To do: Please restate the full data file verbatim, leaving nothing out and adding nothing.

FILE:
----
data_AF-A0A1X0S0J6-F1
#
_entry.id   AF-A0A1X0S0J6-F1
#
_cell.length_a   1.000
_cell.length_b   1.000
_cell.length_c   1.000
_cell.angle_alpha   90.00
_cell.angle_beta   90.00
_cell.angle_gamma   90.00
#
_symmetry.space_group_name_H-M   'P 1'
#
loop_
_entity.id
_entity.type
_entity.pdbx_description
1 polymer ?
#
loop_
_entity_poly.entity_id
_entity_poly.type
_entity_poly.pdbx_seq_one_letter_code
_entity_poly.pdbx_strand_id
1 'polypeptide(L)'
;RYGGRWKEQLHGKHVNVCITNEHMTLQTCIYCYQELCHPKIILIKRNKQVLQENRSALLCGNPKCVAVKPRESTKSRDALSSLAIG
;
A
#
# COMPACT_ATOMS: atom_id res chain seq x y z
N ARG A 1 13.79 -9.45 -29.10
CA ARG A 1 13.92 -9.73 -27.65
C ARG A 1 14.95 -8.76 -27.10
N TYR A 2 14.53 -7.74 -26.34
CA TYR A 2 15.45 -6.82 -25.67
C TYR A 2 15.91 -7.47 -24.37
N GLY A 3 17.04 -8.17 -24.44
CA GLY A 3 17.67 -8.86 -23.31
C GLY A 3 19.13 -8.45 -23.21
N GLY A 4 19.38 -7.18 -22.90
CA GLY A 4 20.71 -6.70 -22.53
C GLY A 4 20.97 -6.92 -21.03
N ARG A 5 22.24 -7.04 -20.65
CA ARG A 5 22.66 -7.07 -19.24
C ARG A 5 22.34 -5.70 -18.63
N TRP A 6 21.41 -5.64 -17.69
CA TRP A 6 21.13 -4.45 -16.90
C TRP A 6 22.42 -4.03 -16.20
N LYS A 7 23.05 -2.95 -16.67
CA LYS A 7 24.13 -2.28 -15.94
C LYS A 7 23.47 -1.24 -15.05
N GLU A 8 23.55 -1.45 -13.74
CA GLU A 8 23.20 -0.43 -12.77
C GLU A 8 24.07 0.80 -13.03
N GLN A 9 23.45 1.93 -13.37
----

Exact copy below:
data_AF-A0A1X0S0J6-F1
#
_entry.id   AF-A0A1X0S0J6-F1
#
_cell.length_a   1.000
_cell.length_b   1.000
_cell.length_c   1.000
_cell.angle_alpha   90.00
_cell.angle_beta   90.00
_cell.angle_gamma   90.00
#
_symmetry.space_group_name_H-M   'P 1'
#
loop_
_entity.id
_entity.type
_entity.pdbx_description
1 polymer ?
#
loop_
_entity_poly.entity_id
_entity_poly.type
_entity_poly.pdbx_seq_one_letter_code
_entity_poly.pdbx_strand_id
1 'polypeptide(L)'
;RYGGRWKEQLHGKHVNVCITNEHMTLQTCIYCYQELCHPKIILIKRNKQVLQENRSALLCGNPKCVAVKPRESTKSRDALSSLAIG
;
A
#
# COMPACT_ATOMS: atom_id res chain seq x y z
N ARG A 1 13.79 -9.45 -29.10
CA ARG A 1 13.92 -9.73 -27.65
C ARG A 1 14.95 -8.76 -27.10
N TYR A 2 14.53 -7.74 -26.34
CA TYR A 2 15.45 -6.82 -25.67
C TYR A 2 15.91 -7.47 -24.37
N GLY A 3 17.04 -8.17 -24.44
CA GLY A 3 17.67 -8.86 -23.31
C GLY A 3 19.13 -8.45 -23.21
N GLY A 4 19.38 -7.18 -22.90
CA GLY A 4 20.71 -6.70 -22.53
C GLY A 4 20.97 -6.92 -21.03
N ARG A 5 22.24 -7.04 -20.65
CA ARG A 5 22.66 -7.07 -19.24
C ARG A 5 22.34 -5.70 -18.63
N TRP A 6 21.41 -5.64 -17.69
CA TRP A 6 21.13 -4.45 -16.90
C TRP A 6 22.42 -4.03 -16.20
N LYS A 7 23.05 -2.95 -16.67
CA LYS A 7 24.13 -2.28 -15.94
C LYS A 7 23.47 -1.24 -15.05
N GLU A 8 23.55 -1.45 -13.74
CA GLU A 8 23.20 -0.43 -12.77
C GLU A 8 24.07 0.80 -13.03
N GLN A 9 23.45 1.93 -13.37